At his inauguration ceremony on January 22, Bulgarian President Roumen Radev pledged to work with Parliament, the government, institutions, civil society and citizens to find solutions for Bulgaria.
In a brief speech, Radev – referring to the surrounds in central Sofia where his inauguration ceremony was held, a place replete with religious and military symbolism – said that in such a place, “a person most clearly realises the responsibility to be head of a state with deep European roots, defending our freedom and future at the crossroads of history”.
Radev thanked his four predecessors as President in their efforts to build a democratic Bulgaria.
A former air force commander with the rank of general, Radev – who as President is also commander-in-chief of the armed forces, but not head of government – paid tribute to Bulgaria’s military that “for 13 centuries defended our statehood, freedom and dignity”.
He said that the inauguration ceremony was an expression of continuity, “without which there is no way to build statehood”.
“Let us build a fairer society, based on law and morality, freedom and solidarity. A society that is not hostage to the past, but a creator of the future.”
Radev said that he would be “President of all, regardless of ethnicity and religion”.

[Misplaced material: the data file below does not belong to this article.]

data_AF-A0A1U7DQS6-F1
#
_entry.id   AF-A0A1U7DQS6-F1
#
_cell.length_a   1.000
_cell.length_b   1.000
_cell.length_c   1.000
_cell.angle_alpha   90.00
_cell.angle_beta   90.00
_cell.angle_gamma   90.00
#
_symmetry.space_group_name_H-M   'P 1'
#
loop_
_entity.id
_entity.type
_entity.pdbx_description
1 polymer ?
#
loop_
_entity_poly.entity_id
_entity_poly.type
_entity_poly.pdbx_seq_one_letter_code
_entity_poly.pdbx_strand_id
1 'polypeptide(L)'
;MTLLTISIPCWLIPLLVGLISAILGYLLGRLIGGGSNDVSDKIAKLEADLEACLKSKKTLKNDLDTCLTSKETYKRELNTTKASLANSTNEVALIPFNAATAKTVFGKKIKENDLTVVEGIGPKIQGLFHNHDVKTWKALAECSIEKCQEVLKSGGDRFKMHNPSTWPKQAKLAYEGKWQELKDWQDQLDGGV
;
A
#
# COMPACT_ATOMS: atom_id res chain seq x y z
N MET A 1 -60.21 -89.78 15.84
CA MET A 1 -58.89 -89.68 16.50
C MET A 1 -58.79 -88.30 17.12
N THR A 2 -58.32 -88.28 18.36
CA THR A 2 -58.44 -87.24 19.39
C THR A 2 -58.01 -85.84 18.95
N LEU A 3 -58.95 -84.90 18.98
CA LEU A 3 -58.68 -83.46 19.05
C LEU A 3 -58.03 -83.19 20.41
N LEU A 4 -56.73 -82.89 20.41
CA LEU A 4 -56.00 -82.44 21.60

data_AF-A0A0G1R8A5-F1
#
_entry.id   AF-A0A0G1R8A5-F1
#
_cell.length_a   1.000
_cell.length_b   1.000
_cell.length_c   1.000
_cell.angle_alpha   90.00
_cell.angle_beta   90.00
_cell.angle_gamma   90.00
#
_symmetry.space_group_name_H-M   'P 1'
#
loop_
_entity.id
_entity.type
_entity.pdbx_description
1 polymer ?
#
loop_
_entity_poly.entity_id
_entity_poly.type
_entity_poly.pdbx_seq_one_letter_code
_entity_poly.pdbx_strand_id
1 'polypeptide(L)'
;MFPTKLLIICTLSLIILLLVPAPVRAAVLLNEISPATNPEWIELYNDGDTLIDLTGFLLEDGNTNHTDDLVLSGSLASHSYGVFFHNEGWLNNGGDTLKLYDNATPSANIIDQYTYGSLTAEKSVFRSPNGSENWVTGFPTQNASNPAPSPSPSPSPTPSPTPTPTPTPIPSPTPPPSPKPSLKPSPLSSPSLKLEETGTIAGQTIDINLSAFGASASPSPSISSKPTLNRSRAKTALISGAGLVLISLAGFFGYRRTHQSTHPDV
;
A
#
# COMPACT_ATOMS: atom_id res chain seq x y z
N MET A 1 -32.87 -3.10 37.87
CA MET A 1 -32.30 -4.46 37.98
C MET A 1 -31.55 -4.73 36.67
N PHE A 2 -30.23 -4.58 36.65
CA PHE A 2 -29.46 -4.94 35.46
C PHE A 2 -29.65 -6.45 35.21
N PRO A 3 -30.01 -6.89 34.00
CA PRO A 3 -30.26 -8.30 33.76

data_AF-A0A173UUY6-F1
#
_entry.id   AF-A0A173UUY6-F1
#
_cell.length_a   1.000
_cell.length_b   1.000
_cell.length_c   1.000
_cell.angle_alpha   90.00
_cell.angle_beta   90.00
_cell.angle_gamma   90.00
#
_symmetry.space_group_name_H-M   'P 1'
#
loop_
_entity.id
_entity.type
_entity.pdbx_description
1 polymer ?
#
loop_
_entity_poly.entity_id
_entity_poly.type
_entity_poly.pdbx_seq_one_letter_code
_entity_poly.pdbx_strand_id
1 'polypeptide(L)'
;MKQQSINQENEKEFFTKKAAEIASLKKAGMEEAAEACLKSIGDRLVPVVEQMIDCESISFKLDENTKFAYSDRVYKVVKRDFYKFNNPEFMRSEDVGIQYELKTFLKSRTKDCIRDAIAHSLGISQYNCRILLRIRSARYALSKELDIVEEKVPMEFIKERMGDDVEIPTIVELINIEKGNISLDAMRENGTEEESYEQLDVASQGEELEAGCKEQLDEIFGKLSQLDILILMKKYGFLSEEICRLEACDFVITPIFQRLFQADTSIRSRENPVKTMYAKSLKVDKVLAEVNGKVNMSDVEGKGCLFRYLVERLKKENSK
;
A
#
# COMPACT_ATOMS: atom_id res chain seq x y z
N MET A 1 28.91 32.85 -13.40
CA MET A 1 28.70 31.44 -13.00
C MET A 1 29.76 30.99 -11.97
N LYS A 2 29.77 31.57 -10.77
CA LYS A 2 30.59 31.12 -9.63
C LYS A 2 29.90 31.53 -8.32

He said that he would work with Parliament, government, institutions, parties, NGOs and citizens to find solutions for Bulgaria, and would work with “our partners towards accelerated integration”.
“But I will be President who will uncompromisingly defend the rights, interests and dignity of the people,” Radev said.
In a taped interview with public broadcaster Bulgarian National Television shown on the morning of his inauguration, Radev said that he would rely on experts in appointing the caretaker cabinet.
The appointment of a caretaker government will be one of Radev’s first tasks, as Bulgaria heads towards early parliamentary elections in the spring.
Radev told BNT that he would not encroach on the functions of the Prime Minister.
He said that he wanted the caretaker cabinet that he would appoint to lead Bulgaria in the really difficult few months until the next legitimately elected government. “So I will rely on experts”.
He said that the Bulgarian Socialist Party, which backed him in Bulgaria’s November 2016 presidential elections, in no way affected his choice of caretaker government but it did not mean he was barred from appointing people from the left.
“In any case I have no ambition to interfere in the work of any government, but the President on his authority has the right to ask questions, has the right to insist that the policy of the government should move in a direction that is in the interest of Bulgarian citizens,” Radev said, while reiterating “I have no ambition to take over the function of the Prime Minister”.